Winning on the Numbers

Yesterday, President Obama did the first smart thing he's done this whole election cycle. I'm not big on giving Obama credit for things, but this move must be instructional for Romney and the GOP. It's the type of thing that can take a candidate on the ropes and make him a winner - again. The once disciplined, middle-of-the-road messaging of the Chicago machine has been hapless in its strategy over the last six months as the Obama camp struggles to sell what by every measure has been a failed presidency.  The only thing they've managed to do is focus like a laser on the class warfare rhetoric that is the cornerstone of the real Barack Obama.

When misrepresenting Mitt Romney's economic plan during a campaign rally, Obama called the GOP presidential nominee "Robin Hood in reverse," then made the claim that Romney's plan would raise taxes on middle class families by $2000. I'm not going to pick apart the merits of the two tax plans.  Anyone who knows anything about basic economics knows that borrowing and spending your way out of a recession won't create jobs or reduce debt. Here's the problem though for Romney- the president did something yesterday by personalizing his message.  That $2000 number spoke directly to middle class families and gave them something to remember.  Not just some nebulous fact or blanket number with lost of zeros.  The number was about them.  Romney needs to do the same.

During the 2000 Bush campaign, strategists were having a hard time in the dog days of summer selling their tax proposal.  Bush's speeches were filled with big numbers and big concepts.  Then, they turned the poll numbers around by starting to talk about specific family impacts of the tax plan.  Ultimately, Bush's tax cut promise worked on the trail because while Gore was taking the typical liberal "fair share" route to talking about taxes and pushing increases on the so-called wealthy, Bush was able to stand up and tell America that his plan would save middle class families an average of $1500 per year.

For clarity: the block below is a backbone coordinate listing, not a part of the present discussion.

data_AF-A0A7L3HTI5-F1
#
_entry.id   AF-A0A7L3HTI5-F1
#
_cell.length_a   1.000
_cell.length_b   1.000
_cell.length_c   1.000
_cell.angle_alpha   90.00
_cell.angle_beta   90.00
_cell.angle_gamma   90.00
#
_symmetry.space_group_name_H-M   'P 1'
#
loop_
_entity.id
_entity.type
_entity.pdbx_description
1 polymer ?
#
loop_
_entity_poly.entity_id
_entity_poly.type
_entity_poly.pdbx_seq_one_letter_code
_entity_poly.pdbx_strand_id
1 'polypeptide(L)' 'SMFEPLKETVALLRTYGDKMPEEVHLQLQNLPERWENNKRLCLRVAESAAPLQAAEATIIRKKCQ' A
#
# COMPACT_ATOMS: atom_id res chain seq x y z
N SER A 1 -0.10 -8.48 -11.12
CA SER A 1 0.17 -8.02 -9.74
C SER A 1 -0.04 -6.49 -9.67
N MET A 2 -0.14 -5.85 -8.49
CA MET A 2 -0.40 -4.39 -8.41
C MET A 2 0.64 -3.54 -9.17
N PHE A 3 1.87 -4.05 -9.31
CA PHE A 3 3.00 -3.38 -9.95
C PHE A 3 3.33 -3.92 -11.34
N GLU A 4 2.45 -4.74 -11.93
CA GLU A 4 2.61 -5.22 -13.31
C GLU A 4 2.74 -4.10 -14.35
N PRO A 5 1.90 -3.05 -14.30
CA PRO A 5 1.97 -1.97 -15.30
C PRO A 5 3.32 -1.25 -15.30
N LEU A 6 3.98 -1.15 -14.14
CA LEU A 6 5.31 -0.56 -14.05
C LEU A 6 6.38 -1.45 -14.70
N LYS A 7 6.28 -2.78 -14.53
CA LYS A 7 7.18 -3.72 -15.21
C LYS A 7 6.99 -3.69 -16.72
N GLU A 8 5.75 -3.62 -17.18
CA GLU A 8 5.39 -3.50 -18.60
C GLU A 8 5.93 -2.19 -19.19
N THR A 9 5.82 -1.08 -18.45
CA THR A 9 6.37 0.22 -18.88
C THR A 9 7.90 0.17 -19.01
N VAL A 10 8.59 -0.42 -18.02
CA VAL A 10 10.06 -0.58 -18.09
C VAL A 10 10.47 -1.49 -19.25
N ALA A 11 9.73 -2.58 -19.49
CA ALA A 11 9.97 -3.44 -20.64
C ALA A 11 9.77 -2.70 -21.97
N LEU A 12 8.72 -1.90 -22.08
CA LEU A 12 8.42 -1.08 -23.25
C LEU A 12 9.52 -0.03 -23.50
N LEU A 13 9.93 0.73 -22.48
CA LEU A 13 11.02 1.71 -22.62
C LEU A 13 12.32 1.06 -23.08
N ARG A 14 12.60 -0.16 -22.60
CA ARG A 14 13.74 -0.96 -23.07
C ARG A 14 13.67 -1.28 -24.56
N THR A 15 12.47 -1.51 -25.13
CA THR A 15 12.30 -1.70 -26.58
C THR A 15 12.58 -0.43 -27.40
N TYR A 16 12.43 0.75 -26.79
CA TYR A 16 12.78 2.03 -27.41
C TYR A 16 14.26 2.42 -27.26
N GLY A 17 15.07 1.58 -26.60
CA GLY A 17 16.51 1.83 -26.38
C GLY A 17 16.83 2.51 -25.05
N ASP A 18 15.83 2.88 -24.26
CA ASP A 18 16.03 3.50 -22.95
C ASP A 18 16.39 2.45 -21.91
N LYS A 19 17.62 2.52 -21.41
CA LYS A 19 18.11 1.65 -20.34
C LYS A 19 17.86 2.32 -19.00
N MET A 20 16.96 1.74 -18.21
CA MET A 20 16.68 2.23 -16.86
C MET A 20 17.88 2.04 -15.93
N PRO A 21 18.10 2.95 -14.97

Numbers matter.  People remember them, especially when they indicate an impact or benefit for them personally.  People make decisions from the inside out starting with themselves and their households.  Governor Romney would do well to start talking to the middle class specifically about how his plan will benefit them.  Give them a number to grab hold of. 

Obama effectively stole the tax issue from McCain in 2008 by promising that 95% of Americans would get a tax cut under his plan. That was his magic number. McCain didn't personalize.  He didn't give specifics for tax cuts and Obama was able to therefore convince independents that he could play the role of centrist or even fiscal conservative.  Today we know who Barack Obama is - the most radically progressive president perhaps in our history - and he's just getting warmed up.  His claim about the $2000 Romney tax increase has about as much credibility as Harry Reid's claim about Romney's taxes.  But the truth has little relevance if misinformation goes unrefuted. 

The best response from Romney will be some numbers of his own - grounded on facts about how his plan will help middle class families - not the middle class as a whole but household by household.  Tell people specifically how you will help put more money in their pocket and give them more freedom from government overreach and you have a recipie for victory. 

2011-2012Albert Solano